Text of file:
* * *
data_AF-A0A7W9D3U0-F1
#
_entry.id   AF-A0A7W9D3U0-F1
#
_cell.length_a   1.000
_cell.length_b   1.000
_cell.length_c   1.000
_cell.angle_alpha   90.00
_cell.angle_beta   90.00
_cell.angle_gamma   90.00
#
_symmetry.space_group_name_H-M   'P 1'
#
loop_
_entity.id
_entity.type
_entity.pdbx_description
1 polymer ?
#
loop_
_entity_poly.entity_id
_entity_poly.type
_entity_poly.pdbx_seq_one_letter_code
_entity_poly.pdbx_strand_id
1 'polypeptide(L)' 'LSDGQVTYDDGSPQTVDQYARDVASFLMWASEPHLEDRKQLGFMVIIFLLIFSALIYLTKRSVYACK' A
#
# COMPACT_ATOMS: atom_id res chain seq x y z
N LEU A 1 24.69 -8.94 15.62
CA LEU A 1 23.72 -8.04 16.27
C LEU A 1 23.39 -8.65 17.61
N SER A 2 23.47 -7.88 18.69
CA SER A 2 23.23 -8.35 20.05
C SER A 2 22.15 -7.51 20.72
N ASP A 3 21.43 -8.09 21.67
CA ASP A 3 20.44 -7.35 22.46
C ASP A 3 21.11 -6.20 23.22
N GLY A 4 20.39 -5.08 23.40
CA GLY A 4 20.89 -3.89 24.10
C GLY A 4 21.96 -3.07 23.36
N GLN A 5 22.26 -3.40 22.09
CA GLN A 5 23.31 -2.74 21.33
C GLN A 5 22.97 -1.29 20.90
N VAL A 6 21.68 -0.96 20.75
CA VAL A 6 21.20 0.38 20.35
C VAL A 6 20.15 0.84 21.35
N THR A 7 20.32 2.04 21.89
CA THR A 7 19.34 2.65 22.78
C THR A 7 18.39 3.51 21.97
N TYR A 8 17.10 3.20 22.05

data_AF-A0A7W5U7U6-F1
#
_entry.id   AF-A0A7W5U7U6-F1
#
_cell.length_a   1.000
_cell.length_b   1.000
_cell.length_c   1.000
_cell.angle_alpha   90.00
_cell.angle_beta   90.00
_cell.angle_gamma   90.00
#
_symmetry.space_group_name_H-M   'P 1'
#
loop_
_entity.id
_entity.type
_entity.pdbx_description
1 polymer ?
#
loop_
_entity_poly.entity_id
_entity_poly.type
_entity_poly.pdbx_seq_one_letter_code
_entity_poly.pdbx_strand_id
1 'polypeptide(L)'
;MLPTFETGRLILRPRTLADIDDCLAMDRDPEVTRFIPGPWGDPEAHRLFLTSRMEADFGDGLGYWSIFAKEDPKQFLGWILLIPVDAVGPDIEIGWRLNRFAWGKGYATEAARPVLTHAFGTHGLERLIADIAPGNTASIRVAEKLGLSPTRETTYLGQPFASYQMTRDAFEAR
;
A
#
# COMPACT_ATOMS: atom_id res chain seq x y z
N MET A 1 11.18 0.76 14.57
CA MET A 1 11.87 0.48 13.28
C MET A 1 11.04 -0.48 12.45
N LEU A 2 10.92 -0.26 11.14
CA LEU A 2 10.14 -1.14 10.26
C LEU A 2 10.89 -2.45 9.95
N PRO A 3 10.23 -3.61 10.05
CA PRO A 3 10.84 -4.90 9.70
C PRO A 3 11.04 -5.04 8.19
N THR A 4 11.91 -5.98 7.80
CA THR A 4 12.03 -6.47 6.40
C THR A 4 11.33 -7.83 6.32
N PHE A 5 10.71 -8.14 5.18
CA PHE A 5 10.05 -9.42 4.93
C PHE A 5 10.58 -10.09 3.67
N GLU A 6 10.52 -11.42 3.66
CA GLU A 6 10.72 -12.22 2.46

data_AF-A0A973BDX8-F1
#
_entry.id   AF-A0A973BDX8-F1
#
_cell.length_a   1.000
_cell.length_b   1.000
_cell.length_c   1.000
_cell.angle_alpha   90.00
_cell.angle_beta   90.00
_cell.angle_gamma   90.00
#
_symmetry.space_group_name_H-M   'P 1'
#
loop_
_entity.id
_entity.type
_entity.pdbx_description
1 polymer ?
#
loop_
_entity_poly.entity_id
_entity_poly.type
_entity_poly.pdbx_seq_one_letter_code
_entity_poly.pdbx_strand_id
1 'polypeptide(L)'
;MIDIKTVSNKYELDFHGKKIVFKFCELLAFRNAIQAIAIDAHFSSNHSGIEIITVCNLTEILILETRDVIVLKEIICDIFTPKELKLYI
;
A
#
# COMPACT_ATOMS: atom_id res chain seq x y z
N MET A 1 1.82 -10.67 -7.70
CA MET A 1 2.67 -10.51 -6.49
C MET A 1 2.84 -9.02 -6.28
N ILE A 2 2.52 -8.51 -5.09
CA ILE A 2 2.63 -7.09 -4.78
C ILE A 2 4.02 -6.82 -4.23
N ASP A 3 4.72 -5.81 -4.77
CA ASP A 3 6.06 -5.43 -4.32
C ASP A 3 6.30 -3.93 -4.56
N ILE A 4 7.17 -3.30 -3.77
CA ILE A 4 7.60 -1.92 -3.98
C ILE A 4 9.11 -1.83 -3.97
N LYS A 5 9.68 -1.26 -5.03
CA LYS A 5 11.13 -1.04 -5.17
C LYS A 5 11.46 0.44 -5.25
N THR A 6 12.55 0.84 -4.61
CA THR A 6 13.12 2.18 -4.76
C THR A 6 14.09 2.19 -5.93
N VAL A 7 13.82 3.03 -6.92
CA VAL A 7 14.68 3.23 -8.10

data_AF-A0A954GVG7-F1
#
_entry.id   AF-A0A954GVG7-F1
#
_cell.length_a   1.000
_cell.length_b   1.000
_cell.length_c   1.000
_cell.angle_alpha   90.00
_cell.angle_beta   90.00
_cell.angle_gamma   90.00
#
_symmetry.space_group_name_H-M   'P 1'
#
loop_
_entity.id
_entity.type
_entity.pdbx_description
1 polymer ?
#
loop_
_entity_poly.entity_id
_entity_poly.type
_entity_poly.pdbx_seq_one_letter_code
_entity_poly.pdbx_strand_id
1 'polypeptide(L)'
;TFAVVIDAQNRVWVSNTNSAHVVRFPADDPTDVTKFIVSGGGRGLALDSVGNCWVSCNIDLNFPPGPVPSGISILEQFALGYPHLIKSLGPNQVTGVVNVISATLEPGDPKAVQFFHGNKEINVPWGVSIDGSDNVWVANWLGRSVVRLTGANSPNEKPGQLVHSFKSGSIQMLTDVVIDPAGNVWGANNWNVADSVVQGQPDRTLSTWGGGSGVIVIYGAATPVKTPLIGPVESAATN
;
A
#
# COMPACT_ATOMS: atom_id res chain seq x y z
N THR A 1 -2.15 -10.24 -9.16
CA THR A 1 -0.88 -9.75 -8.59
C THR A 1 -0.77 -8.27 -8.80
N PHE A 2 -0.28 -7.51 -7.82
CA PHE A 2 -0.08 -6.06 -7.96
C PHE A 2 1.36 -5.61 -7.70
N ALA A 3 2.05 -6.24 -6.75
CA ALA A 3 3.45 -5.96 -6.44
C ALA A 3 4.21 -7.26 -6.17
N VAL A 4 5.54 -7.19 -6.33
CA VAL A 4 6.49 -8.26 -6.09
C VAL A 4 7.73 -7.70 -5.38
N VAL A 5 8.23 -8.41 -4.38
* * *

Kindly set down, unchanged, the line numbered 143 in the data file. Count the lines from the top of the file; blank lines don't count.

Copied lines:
CA THR A 6 13.12 2.18 -4.76